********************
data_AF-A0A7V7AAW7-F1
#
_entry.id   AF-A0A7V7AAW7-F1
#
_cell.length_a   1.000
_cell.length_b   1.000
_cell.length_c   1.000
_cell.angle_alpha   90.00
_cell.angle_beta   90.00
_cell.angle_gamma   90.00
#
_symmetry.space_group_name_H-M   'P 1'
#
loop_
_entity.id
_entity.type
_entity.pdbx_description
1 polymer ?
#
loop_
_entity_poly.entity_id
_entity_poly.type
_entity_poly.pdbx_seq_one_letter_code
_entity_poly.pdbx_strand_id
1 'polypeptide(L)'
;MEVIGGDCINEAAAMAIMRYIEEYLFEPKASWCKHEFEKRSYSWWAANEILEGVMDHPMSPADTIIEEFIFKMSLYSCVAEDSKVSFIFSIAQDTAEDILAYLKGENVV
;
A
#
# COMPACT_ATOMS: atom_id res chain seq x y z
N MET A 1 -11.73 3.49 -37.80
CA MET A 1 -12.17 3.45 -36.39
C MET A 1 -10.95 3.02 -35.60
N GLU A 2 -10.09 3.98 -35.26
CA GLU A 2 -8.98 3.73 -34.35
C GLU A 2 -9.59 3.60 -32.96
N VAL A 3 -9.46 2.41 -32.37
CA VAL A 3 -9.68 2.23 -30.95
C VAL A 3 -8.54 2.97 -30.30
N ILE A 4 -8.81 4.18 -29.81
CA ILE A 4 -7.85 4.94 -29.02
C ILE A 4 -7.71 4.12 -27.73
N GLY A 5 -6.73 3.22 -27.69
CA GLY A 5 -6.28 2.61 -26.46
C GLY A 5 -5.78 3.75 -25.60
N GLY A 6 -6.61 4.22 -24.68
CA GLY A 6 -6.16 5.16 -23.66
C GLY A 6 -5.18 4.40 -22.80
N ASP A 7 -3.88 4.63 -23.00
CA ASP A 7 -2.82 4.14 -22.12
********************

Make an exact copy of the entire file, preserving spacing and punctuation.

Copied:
data_AF-A0A7V7AAW7-F1
#
_entry.id   AF-A0A7V7AAW7-F1
#
_cell.length_a   1.000
_cell.length_b   1.000
_cell.length_c   1.000
_cell.angle_alpha   90.00
_cell.angle_beta   90.00
_cell.angle_gamma   90.00
#
_symmetry.space_group_name_H-M   'P 1'
#
loop_
_entity.id
_entity.type
_entity.pdbx_description
1 polymer ?
#
loop_
_entity_poly.entity_id
_entity_poly.type
_entity_poly.pdbx_seq_one_letter_code
_entity_poly.pdbx_strand_id
1 'polypeptide(L)'
;MEVIGGDCINEAAAMAIMRYIEEYLFEPKASWCKHEFEKRSYSWWAANEILEGVMDHPMSPADTIIEEFIFKMSLYSCVAEDSKVSFIFSIAQDTAEDILAYLKGENVV
;
A
#
# COMPACT_ATOMS: atom_id res chain seq x y z
N MET A 1 -11.73 3.49 -37.80
CA MET A 1 -12.17 3.45 -36.39
C MET A 1 -10.95 3.02 -35.60
N GLU A 2 -10.09 3.98 -35.26
CA GLU A 2 -8.98 3.73 -34.35
C GLU A 2 -9.59 3.60 -32.96
N VAL A 3 -9.46 2.41 -32.37
CA VAL A 3 -9.68 2.23 -30.95
C VAL A 3 -8.54 2.97 -30.30
N ILE A 4 -8.81 4.18 -29.81
CA ILE A 4 -7.85 4.94 -29.02
C ILE A 4 -7.71 4.12 -27.73
N GLY A 5 -6.73 3.22 -27.69
CA GLY A 5 -6.28 2.61 -26.46
C GLY A 5 -5.78 3.75 -25.60
N GLY A 6 -6.61 4.22 -24.68
CA GLY A 6 -6.16 5.16 -23.66
C GLY A 6 -5.18 4.40 -22.80
N ASP A 7 -3.88 4.63 -23.00
CA ASP A 7 -2.82 4.14 -22.12